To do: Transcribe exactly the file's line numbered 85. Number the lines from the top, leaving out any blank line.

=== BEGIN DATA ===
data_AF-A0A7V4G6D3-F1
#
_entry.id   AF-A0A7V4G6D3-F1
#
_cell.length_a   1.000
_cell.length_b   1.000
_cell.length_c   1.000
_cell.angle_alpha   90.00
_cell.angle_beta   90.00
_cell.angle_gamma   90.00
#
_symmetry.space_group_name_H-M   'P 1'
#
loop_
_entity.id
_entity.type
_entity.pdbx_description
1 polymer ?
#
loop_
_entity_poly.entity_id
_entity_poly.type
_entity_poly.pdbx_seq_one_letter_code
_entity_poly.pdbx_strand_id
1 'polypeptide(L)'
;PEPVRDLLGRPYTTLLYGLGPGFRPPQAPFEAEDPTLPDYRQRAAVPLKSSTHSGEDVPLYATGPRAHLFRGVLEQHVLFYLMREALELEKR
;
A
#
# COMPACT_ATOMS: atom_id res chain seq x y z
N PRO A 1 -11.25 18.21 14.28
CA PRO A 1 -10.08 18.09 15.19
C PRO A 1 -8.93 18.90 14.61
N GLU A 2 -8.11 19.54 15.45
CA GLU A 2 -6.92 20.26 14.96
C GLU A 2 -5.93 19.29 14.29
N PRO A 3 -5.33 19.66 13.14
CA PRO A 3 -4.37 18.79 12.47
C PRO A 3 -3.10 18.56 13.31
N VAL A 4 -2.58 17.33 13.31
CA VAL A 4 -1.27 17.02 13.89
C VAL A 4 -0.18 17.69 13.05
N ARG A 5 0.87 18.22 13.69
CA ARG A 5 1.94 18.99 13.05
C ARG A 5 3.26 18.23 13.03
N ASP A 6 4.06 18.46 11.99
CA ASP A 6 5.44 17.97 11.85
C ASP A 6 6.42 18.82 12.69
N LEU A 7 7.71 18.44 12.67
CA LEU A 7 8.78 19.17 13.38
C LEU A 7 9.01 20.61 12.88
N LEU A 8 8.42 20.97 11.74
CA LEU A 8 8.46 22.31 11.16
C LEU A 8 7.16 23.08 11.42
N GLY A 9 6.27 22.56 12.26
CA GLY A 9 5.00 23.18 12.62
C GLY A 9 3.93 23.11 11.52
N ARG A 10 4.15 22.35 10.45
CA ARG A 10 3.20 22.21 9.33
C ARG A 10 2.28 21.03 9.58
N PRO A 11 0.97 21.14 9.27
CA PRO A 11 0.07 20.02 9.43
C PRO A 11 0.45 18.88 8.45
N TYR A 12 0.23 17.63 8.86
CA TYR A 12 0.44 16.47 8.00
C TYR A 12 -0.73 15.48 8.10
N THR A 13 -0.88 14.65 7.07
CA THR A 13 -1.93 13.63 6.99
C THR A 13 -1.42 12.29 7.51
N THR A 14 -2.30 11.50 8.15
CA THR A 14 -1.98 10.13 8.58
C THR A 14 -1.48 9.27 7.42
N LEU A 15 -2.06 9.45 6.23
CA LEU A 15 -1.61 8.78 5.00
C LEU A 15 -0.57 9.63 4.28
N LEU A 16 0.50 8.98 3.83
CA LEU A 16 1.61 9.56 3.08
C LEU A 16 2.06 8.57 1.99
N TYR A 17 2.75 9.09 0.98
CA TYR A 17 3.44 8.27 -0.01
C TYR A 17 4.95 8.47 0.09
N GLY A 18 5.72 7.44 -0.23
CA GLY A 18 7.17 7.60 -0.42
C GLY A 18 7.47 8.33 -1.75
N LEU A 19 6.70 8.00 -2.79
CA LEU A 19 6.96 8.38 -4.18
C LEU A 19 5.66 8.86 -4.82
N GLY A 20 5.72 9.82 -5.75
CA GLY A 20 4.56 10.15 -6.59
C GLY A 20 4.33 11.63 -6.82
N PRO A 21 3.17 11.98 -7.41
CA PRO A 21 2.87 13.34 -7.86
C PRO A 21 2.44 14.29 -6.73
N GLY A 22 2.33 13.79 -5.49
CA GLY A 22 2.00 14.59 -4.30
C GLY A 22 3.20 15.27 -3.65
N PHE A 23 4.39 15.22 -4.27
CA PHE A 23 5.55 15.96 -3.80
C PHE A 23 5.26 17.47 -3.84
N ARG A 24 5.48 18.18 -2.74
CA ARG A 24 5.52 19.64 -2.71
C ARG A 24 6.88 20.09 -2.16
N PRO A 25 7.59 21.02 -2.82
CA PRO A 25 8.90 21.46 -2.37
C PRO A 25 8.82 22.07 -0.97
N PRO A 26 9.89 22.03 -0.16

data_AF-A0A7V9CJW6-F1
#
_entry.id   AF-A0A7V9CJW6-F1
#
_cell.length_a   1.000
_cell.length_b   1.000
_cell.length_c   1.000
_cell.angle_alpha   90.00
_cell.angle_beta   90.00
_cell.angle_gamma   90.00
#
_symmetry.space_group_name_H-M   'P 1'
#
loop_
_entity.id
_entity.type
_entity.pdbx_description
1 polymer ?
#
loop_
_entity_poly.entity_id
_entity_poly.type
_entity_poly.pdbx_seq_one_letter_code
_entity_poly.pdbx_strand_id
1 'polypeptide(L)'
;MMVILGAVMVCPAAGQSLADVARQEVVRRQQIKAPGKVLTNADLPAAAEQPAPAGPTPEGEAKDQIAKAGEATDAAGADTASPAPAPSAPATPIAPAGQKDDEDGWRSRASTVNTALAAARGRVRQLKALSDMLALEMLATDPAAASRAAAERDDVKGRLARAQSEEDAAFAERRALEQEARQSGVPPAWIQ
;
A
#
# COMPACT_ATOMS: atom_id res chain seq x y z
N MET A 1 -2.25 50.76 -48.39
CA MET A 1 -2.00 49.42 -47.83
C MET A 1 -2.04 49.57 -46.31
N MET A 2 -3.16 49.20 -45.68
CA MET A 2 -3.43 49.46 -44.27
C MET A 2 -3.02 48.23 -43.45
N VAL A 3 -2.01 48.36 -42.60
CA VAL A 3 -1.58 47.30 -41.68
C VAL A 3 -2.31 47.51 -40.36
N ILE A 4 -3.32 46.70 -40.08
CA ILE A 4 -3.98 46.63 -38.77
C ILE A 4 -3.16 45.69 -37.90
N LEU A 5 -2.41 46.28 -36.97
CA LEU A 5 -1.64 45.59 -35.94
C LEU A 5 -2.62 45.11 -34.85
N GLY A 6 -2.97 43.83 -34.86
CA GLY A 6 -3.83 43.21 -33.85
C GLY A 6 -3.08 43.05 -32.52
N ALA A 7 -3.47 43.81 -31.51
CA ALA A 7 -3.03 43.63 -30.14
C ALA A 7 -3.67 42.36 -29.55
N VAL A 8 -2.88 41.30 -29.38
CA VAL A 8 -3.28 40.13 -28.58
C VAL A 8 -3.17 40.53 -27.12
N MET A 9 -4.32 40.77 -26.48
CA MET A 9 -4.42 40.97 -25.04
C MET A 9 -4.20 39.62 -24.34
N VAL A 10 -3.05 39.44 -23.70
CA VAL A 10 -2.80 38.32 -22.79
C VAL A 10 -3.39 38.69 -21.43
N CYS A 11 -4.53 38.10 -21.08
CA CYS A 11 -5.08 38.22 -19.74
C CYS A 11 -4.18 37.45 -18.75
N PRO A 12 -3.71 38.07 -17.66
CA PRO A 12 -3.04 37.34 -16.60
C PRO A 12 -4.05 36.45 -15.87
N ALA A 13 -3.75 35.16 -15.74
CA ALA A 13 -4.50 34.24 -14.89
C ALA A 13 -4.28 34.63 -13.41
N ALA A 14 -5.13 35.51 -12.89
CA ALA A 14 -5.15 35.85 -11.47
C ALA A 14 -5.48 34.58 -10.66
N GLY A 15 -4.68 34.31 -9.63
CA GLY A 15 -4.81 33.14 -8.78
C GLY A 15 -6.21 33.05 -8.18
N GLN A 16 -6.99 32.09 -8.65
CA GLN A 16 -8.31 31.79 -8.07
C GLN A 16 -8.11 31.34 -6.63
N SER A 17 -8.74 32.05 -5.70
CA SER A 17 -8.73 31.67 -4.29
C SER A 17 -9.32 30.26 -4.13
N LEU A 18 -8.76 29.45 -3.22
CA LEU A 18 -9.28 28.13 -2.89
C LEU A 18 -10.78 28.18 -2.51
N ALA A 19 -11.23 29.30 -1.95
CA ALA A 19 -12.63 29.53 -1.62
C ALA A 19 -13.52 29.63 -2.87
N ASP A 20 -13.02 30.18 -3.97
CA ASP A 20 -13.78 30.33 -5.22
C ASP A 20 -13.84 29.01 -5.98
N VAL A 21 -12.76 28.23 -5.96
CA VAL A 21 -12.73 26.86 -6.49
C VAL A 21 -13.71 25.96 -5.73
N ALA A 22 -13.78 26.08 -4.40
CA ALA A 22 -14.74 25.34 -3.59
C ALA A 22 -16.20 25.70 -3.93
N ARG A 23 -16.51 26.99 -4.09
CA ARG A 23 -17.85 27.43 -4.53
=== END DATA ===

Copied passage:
N LEU A 19 6.70 8.00 -2.79